Hazel leaves, in our back garden; 25 June 2013.

This was captured with a definite visual plan – the eye enters the frame from the left, very soon hits the brightest component, and then moves rightwards and upwards along the “tail” of darker objects leading to the upper right corner of the frame.  The eye might then exit the frame in the upper right corner: having the final element of the “tail” there might stop it, or it might have been better to have this corner dark.

I never cease to marvel at the beauty of Nature.  What am I looking at here, what is my camera recording?  Well, light that has travelled 93 million miles from Our Star, to partially shine through a small component of one of Earth’s myriad lifeforms.

D700 with 70-300 Nikkor at 300mm; 250 ISO.

UPDATE: I rather casually mention here that viewers’ eyes will be entering the image from the left – you can find more on this very real phenomenon here.


About Adrian Lewis
Photographer working in monochrome, colour and combinations of the two - with a great liking for many types of subject, including Minimalism, landscapes, abstracts, soft colour, people, movement, nature - I like to be adventurous in my photography, trying new ideas and working in many genres. And I'm fond of Full English Breakfasts and Duvel golden ale, though not necessarily together.


  1. Sallyann says:

    My eyes and brain, as is often the case are not playing the game.
    My eyes go straight to the leaf before my brain has a chance to register which way they came in. Then they move upwards following the lighter colours until they leaf the page. 🙂
    Then my brain, fearing it’s missed something, sends them darting back to the bottom right to peer into the darkness. 🙂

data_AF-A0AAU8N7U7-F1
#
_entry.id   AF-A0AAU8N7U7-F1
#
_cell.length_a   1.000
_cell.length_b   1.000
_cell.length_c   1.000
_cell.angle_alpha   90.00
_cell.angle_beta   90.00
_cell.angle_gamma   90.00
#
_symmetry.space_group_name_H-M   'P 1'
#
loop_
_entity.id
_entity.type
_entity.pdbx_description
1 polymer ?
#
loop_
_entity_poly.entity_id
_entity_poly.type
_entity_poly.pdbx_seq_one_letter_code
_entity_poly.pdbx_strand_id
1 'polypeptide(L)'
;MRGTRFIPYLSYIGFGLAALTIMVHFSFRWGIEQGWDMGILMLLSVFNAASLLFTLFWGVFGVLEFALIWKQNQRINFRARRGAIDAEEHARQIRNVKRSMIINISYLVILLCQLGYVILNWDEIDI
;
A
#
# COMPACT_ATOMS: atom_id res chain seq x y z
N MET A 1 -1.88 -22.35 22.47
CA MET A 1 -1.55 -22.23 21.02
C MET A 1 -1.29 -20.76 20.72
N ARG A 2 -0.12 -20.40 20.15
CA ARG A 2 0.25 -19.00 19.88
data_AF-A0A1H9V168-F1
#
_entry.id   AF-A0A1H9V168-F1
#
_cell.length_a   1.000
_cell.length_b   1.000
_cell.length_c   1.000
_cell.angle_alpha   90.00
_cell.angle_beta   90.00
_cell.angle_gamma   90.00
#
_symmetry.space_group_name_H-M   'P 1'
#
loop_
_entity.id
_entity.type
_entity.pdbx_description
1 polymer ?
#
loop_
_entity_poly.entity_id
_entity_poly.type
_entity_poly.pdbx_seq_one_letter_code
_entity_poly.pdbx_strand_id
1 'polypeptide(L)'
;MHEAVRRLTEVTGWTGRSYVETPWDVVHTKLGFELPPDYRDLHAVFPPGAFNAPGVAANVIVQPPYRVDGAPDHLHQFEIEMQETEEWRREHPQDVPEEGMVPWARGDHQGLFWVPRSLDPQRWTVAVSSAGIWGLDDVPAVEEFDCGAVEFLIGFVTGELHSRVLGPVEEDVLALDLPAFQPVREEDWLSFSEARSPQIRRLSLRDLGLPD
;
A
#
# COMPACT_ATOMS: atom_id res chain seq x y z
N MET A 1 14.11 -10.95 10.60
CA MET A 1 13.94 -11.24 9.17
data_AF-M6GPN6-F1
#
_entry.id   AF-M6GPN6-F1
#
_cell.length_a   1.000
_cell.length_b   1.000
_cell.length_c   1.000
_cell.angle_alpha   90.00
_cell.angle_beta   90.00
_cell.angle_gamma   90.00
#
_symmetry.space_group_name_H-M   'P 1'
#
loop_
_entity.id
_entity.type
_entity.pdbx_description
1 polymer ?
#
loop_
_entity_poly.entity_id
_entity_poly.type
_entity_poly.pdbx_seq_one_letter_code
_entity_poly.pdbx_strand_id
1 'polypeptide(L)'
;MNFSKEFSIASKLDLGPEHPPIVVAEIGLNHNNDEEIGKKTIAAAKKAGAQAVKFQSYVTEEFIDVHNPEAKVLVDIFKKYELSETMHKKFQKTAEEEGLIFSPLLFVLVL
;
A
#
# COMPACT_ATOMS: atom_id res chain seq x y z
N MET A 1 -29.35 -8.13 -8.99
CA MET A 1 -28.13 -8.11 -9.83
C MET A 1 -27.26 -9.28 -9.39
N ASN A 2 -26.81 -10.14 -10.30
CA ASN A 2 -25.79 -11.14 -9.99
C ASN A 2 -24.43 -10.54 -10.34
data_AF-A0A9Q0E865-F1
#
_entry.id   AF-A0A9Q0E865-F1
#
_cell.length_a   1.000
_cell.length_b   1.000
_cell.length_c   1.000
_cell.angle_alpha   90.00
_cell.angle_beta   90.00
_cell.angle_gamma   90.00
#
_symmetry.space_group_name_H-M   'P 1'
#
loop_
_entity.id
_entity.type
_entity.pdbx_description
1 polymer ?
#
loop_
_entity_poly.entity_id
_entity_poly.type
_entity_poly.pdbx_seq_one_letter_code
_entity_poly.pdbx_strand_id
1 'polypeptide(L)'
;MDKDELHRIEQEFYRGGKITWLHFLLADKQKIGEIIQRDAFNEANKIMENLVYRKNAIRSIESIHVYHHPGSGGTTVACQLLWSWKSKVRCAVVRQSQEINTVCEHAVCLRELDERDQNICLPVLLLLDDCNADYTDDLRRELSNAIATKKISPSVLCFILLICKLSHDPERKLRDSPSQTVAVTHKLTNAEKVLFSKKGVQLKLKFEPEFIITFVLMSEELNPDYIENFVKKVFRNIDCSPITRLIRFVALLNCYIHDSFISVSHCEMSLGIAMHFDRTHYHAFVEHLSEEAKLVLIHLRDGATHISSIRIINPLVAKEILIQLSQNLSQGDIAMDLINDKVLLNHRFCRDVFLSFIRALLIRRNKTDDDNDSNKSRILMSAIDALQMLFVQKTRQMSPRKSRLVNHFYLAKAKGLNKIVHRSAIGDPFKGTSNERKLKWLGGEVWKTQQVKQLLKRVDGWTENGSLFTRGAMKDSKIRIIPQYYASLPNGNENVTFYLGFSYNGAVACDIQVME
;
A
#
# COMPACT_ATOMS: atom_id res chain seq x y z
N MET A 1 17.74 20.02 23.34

2. Meanderer says:

    Lovely, Adrian.


  3. paula graham says:

    Ha, ha…what do I have to ‘do’ with mid tones? Show us please!!!

    Liked by 1 person

    • Adrian Lewis says:

      Hahaha, OMG, I had my qualms about mentioning mid tones … ok, significant snifter … straight gin seems apposite … and lots of it … then deep breath … and …

      Well you’ve had more to do with mid tones than you know, because they are what good old fashioned light meters calculate when an exposure reading is made. I can’t speak for modern marvels like Nikon’s 3D Colour Matrix Metering, but for but for things like the selenium and cadmium sulphide meters that we used to use, and for centre-weighted and averaging meters now, these meters look at a scene and give us a light reading for the tone that is mid-way between the darkest and lightest tones in the image. This is the mid tone – and it carries the hope that our photos will be correctly exposed.

      Of course they may not be correctly exposed as the tonal range in the image may be beyond the range that the camera’s film or sensor can record – or we may skew things by deliberately under or overexposing.

      Everything is simpler now because Matrix metering is so good. But I tend to use centre-weighted for portraits, and I still use spot metering whenever exposure looks iffy (and if I’ve got the time to use it) to get an idea of the tone I want to expose for.